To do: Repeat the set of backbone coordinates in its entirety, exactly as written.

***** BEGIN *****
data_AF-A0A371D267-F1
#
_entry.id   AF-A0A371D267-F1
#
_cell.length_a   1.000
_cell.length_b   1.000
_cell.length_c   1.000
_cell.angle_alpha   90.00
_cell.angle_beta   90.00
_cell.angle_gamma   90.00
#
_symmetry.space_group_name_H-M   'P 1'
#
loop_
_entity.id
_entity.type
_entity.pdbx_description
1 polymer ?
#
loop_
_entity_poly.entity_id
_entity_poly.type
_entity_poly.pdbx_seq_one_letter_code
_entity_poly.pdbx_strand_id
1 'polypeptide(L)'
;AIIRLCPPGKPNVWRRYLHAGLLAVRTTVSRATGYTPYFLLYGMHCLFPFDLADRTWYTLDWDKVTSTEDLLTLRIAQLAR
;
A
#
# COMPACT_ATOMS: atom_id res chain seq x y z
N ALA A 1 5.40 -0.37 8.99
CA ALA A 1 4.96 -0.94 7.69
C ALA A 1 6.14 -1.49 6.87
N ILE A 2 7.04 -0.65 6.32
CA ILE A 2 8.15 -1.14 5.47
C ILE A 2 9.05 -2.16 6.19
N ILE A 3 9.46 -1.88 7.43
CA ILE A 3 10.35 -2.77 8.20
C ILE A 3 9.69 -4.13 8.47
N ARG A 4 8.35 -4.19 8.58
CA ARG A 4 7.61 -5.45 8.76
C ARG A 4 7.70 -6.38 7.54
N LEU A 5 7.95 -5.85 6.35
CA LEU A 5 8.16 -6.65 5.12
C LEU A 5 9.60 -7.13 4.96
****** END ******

data_AF-A0A371D267-F1
#
_entry.id   AF-A0A371D267-F1
#
_cell.length_a   1.000
_cell.length_b   1.000
_cell.length_c   1.000
_cell.angle_alpha   90.00
_cell.angle_beta   90.00
_cell.angle_gamma   90.00
#
_symmetry.space_group_name_H-M   'P 1'
#
loop_
_entity.id
_entity.type
_entity.pdbx_description
1 polymer ?
#
loop_
_entity_poly.entity_id
_entity_poly.type
_entity_poly.pdbx_seq_one_letter_code
_entity_poly.pdbx_strand_id
1 'polypeptide(L)'
;AIIRLCPPGKPNVWRRYLHAGLLAVRTTVSRATGYTPYFLLYGMHCLFPFDLADRTWYTLDWDKVTSTEDLLTLRIAQLAR
;
A
#
# COMPACT_ATOMS: atom_id res chain seq x y z
N ALA A 1 5.40 -0.37 8.99
CA ALA A 1 4.96 -0.94 7.69
C ALA A 1 6.14 -1.49 6.87
N ILE A 2 7.04 -0.65 6.32
CA ILE A 2 8.15 -1.14 5.47
C ILE A 2 9.05 -2.16 6.19
N ILE A 3 9.46 -1.88 7.43
CA ILE A 3 10.35 -2.77 8.20
C ILE A 3 9.69 -4.13 8.47
N ARG A 4 8.35 -4.19 8.58
CA ARG A 4 7.61 -5.45 8.76
C ARG A 4 7.70 -6.38 7.54
N LEU A 5 7.95 -5.85 6.35
CA LEU A 5 8.16 -6.65 5.12
C LEU A 5 9.60 -7.13 4.96